Edinburgh, Scotland was lovely. Picturesque in a historic way, where you walk out of the downtown mall and a castle is looming over you from a hill of volcanic rock, taking you right back to the days of Braveheart. The Scottish people were so friendly. Even though their thick accent was throwing me off, before they even spoke I could see it would be kind words. The elders I spoke to all had wrinkles near their cheekbones and I could tell they had been smiling their whole life.
Every cobblestone road in the Old Town had an alley or staircase to a back route of this mystical city. I walked along the popular Royal Mile road but then cut through a hidden pathway with a wooden sign that read Jacob’s Ladder and it took me to the most beautiful view on Calton Hill. It was cold and rainy on my first day exploring but it honestly didn’t matter, I actually kind of liked it. A good spray of fresh Scotland wind & rain never hurt anyone.
My first hostel experience was a good one. A hostel is the ultimate hub for meeting travellers from all over the world where a smile and an open mind is the universal language. I met people from Slovenia, Germany, France, Spain, Australia… the list goes on and it’s beautiful because you are conversing with individuals who all share a similar outlook on life of travelling and an eagerness to meet new people and cultures.
I went out to a bar with a few new hostel friends I met and it was just great to hear their stories and what point in life they were at and what point they were on their way to. Most of them were Aussies and it seems to be a trend that those from Oz go to Europe and vice versa. The club was full of sweaty dancing youth that you’ll find no matter what country you’re in, but we sat in the back making jokes and friends, mouthing the lyrics to songs that boomed from the dance floor. The best part of the night (or morning) had to be deciding to climb Arthur’s Seat- the main peak of the group of hills in Hollyrood Park- for the sunrise.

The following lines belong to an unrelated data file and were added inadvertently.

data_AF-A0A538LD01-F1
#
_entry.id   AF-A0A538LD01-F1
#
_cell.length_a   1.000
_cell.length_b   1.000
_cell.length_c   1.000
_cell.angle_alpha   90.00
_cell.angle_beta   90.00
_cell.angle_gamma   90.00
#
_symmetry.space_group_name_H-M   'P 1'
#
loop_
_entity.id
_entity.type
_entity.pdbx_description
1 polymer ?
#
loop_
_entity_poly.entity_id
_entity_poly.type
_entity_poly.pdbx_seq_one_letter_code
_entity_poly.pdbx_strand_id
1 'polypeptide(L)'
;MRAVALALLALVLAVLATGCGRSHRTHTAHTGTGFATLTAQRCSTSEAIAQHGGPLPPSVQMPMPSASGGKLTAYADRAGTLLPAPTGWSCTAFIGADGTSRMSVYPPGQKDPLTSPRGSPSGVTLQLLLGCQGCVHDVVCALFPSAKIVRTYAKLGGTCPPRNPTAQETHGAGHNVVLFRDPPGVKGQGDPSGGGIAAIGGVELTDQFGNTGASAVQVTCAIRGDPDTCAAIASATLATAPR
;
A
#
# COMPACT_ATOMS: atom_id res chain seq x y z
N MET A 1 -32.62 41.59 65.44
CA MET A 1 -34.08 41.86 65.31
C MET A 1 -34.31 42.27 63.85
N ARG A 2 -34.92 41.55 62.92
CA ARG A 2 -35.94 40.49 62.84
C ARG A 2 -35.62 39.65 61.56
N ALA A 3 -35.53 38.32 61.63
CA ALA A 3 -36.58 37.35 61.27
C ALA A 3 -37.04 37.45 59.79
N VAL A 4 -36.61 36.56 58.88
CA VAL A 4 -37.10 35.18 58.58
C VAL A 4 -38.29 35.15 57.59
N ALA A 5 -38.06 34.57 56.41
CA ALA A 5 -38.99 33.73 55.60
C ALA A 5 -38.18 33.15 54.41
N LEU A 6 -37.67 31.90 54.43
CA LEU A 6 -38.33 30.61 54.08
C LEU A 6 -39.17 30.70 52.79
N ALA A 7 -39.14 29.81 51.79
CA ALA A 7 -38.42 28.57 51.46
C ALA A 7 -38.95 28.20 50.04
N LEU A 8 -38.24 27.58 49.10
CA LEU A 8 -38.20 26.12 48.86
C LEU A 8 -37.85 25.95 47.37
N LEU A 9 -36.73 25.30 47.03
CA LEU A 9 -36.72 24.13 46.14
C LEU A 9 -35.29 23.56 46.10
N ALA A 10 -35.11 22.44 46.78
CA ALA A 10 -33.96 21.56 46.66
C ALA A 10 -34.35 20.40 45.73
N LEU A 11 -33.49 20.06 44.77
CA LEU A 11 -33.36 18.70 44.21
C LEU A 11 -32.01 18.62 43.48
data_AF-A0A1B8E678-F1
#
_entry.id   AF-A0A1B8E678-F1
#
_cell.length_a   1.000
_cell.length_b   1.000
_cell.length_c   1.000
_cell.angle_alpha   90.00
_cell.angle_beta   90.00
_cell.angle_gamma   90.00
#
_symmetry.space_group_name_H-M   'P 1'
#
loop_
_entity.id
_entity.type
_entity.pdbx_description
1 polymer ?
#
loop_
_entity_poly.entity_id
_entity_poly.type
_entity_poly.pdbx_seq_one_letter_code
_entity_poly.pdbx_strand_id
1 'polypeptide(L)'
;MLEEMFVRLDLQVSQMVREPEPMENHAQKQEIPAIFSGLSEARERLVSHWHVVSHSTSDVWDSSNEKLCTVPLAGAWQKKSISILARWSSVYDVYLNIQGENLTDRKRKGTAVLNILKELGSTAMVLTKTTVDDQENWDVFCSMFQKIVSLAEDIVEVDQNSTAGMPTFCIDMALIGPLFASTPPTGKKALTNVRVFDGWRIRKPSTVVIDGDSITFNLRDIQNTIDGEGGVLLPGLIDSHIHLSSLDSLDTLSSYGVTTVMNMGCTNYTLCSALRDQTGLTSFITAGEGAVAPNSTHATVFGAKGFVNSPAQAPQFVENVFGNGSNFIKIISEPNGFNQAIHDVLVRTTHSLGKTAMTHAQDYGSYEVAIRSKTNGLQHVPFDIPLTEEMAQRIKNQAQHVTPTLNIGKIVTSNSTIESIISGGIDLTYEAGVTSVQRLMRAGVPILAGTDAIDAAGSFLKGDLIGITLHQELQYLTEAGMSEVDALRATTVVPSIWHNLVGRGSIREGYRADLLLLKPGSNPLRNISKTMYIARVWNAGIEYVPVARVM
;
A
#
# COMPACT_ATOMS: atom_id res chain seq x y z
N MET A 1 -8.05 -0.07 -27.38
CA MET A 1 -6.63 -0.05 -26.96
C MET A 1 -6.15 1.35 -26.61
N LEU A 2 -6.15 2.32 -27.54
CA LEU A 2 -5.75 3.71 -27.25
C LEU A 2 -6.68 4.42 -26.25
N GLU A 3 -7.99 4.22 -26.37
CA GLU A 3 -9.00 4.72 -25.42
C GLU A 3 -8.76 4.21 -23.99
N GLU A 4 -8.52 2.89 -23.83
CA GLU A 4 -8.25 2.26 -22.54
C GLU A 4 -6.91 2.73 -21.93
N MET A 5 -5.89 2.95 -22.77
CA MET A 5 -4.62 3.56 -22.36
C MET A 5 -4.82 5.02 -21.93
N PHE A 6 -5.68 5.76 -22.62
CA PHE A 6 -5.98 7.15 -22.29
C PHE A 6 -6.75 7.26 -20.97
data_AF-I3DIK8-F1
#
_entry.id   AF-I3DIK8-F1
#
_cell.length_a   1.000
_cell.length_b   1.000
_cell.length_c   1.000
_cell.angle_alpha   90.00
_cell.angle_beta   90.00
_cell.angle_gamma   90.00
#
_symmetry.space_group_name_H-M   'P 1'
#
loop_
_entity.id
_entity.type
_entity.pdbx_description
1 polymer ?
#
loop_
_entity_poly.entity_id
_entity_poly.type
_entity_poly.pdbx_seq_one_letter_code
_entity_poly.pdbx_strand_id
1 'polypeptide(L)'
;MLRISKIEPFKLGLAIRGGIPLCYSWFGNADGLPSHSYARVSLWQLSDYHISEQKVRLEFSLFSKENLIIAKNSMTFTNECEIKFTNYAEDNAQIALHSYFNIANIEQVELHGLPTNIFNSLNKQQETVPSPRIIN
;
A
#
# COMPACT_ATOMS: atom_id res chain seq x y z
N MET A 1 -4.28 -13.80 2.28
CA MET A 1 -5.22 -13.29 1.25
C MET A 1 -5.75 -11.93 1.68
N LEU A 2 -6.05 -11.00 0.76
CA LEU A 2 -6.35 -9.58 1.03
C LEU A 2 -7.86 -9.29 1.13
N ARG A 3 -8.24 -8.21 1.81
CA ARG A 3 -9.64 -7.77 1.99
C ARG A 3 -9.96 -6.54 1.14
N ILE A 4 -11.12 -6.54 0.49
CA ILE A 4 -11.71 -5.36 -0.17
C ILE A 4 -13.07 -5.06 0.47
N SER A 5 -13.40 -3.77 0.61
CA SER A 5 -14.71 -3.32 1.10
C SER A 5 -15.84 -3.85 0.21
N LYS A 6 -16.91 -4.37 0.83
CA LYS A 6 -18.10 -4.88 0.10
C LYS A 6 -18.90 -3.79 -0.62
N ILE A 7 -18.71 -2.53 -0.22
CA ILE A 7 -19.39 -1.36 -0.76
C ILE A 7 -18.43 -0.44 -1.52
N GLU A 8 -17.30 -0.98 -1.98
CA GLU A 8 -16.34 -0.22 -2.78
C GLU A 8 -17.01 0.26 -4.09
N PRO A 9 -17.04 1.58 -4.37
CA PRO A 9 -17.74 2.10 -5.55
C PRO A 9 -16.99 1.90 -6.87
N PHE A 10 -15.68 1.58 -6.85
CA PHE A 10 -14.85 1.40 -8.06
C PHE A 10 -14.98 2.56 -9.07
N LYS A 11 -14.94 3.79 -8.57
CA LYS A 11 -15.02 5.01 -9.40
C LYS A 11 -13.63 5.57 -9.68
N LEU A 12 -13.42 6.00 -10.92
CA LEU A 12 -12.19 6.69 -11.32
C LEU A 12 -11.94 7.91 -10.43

It feels so good to be up, seeing the view of the city and water and islands in the distance makes you feel as if the world is your oyster. That it’s big but also small enough to grasp a piece and call it yours. The wind just added to the whole euphoric experience.
The wind makes you feel so… ALIVE
As I stood there on that peak, barely able to open my eyelids from the powerful pressure of the strong winds and altitude, I thought of that famous quote in Braveheart:
“Your heart is free, have the courage to follow it.”
And so I will follow it- through the many hills, oceans and maybe even deserts that it will take me through. I will just have to listen to my heart and wait and see.